The Role of Cytokines in the Neuropathology of Stroke and NeurotraumaFeuerstein G.Z. · Wang X. · Barone F.C.
Department of Cardiovascular Pharmacology, SmithKline Beecham Pharmaceuticals, King of Prussia, Pa., USA Neuroimmunomodulation 1998;5:143–159 (DOI:10.1159/000026331)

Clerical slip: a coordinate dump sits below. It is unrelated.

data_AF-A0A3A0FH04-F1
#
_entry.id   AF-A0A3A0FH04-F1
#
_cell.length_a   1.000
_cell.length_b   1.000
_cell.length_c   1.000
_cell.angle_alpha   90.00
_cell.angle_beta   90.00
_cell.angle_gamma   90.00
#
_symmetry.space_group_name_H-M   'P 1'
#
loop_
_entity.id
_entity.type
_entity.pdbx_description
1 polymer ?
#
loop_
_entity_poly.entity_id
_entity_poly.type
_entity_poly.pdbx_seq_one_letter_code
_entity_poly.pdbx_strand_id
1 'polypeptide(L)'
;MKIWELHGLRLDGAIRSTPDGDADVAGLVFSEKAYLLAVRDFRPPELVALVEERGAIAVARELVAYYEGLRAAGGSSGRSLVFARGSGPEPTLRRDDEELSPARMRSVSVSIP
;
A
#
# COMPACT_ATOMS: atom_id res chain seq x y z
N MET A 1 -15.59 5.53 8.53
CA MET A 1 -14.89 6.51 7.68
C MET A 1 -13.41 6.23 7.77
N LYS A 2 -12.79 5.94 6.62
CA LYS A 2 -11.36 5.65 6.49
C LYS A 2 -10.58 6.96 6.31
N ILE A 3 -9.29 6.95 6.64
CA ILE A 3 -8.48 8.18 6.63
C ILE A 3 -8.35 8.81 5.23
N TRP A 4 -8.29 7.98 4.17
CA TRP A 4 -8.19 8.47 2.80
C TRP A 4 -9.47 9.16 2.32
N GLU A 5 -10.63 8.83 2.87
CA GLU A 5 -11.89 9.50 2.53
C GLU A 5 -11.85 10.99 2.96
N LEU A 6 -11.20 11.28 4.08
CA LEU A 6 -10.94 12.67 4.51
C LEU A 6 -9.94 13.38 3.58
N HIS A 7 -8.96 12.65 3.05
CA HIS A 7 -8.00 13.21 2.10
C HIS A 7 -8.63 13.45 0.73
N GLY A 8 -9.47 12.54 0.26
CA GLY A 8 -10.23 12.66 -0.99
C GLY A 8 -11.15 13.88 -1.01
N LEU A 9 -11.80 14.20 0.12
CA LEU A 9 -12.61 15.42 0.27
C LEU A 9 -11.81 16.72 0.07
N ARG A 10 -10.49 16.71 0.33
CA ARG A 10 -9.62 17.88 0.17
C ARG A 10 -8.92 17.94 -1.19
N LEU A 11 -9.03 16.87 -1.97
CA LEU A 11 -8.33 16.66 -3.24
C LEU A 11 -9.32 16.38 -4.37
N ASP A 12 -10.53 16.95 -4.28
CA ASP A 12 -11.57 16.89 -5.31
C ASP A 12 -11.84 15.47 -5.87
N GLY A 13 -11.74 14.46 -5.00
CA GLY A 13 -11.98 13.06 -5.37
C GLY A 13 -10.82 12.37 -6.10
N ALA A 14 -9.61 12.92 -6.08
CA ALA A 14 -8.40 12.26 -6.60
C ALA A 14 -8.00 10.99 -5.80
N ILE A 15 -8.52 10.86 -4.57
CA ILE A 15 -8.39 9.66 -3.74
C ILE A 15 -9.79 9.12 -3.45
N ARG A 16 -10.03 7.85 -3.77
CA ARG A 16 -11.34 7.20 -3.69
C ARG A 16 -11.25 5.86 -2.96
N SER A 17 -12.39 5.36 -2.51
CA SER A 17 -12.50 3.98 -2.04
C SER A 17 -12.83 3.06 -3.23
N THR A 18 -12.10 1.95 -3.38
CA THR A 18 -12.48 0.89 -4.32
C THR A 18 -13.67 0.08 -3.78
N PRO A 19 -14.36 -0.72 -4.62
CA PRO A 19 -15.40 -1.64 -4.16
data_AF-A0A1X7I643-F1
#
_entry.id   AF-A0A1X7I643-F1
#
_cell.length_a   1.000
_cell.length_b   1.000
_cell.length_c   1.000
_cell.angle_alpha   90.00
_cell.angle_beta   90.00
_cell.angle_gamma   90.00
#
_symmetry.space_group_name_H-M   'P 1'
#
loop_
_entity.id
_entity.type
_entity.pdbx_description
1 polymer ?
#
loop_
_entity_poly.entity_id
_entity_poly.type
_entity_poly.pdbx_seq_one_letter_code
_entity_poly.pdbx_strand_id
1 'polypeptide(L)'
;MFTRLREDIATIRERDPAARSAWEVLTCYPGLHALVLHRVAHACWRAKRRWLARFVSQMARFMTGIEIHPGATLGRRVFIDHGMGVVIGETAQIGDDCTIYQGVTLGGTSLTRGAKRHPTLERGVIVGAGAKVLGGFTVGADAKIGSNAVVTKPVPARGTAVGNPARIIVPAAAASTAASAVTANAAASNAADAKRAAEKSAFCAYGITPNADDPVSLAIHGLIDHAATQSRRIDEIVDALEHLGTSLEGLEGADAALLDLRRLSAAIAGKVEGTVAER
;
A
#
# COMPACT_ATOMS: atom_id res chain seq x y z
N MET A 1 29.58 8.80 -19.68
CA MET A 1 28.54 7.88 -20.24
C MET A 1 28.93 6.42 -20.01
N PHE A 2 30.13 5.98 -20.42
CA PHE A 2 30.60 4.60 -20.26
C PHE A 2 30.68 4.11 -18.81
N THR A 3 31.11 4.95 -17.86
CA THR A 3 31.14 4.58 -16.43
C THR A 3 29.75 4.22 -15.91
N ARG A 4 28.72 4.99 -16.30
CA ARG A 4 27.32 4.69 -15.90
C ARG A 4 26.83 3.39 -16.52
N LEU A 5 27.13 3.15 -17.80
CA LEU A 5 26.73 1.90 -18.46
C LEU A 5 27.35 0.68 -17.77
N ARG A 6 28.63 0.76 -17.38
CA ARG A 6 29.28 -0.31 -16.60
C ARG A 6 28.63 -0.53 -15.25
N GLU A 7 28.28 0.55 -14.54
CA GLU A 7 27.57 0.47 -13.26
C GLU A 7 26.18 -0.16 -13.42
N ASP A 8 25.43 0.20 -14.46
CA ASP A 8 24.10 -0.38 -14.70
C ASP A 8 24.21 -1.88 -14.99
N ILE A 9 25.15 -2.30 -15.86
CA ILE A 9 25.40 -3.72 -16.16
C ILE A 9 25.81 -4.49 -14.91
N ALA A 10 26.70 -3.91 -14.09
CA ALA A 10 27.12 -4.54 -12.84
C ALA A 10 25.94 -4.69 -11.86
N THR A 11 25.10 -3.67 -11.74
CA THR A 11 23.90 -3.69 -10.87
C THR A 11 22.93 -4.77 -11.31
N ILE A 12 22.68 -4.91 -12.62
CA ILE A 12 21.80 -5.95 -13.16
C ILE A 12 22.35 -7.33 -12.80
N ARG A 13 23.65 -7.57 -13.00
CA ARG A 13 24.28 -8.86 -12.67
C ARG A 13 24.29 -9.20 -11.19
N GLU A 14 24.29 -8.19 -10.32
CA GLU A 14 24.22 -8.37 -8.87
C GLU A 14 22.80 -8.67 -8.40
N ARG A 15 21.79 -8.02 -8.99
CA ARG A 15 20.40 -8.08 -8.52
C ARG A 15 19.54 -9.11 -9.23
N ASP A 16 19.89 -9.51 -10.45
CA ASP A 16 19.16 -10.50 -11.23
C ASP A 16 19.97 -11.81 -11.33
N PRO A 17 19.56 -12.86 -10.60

Accumulating evidence during the last decade has shown that the CNS can mount a well-defined inflammatory reaction to a variety of insults including trauma, ischemia, transplantation, viral infections as well as neurodegeneration. Many aspects of this centrally derived inflammatory response parallel to some extent the nature of such a reaction in the periphery. Through the recent application of molecular genetic techniques including PCR, utilization of cDNA probes in conjuncture with the availability of highly specific antibodies, new concepts are rapidly emerging as to the molecular mechanisms associated with the development of brain injury. In particular, the importance of cytokines, especially TNFα and IL-1β, is emphasized in the propagation and maintenance of a CNS inflammatory response. This review summarizes evidence in support of a case for ischemia and trauma eliciting an inflammatory condition in the injured brain. The inflammatory condition consists of cells (neutrophils early after the onset of brain injury and subsequently monocyte infiltration) and mediators (cytokines, chemokines and adhesion molecules). It is clear that de novo up-regulation of pro-inflammatory cytokines, chemokines and endothelial-leukocyte adhesion molecules in the brain occurs soon following focal ischemia and trauma and at a time when the tissue injury is evolving. The significance of the inflammatory response and its contribution to brain injury are now becoming better understood. Evidence has emerged in support of the role of cytokines in driving the inflammatory response and that this process is causally related to the degree of brain injury. Evidence reviewed includes: (1) the capacity of specific cytokines to exacerbate brain damage; (2) the capacity of specific cytokine blockade to reduce ischemic brain damage; (3) depletion of circulating neutrophils reduces ischemic brain injury, and (4) antagonists of the endothelial-leukocyte adhesion interactions (e.g. anti-ICAM-1) reduce ischemic brain injury. Targeting the cytokines that drive the brain inflammatory response to injury provides opportunities to intervene with novel therapeutics in stroke and neurotrauma.
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